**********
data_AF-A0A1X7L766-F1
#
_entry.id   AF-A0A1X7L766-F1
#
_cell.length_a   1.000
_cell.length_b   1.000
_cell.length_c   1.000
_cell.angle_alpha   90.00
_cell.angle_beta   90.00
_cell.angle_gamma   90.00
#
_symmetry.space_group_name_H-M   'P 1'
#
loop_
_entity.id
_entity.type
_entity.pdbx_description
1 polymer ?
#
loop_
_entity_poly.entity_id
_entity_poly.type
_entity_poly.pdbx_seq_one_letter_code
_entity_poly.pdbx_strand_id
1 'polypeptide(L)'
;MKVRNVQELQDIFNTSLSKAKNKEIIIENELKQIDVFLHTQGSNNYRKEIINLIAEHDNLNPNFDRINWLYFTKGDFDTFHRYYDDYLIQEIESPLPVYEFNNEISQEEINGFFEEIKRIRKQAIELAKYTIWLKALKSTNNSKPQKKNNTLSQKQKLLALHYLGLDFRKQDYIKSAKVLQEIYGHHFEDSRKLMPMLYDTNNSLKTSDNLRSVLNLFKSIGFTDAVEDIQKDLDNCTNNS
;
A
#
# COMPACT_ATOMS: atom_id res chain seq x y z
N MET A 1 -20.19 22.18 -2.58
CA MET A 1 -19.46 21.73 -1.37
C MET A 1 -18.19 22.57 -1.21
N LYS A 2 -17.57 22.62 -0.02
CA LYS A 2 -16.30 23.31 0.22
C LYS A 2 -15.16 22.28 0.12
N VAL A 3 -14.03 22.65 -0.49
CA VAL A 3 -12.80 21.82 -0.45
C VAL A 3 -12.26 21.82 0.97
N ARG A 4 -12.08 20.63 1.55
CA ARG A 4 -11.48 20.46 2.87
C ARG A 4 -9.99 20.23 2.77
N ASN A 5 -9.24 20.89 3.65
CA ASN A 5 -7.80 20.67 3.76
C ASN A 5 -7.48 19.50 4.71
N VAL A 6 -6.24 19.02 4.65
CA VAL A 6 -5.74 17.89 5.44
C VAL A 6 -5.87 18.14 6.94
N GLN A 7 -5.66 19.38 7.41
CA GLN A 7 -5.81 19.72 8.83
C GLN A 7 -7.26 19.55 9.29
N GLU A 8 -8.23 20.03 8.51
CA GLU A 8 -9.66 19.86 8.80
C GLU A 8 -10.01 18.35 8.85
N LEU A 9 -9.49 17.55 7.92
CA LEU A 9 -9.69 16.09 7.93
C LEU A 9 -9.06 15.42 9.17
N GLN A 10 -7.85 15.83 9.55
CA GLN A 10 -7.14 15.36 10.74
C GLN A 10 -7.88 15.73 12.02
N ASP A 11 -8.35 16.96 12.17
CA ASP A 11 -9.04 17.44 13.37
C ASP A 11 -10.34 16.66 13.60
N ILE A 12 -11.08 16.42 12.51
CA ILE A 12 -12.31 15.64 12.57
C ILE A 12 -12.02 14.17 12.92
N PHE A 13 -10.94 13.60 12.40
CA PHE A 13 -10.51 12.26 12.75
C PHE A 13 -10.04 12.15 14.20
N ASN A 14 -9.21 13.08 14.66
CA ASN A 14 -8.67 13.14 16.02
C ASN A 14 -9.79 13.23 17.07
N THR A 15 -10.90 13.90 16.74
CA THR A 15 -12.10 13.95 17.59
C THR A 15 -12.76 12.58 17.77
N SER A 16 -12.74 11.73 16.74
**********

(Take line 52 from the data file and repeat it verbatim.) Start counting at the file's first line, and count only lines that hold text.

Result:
N GLU A 8 -8.23 20.03 8.51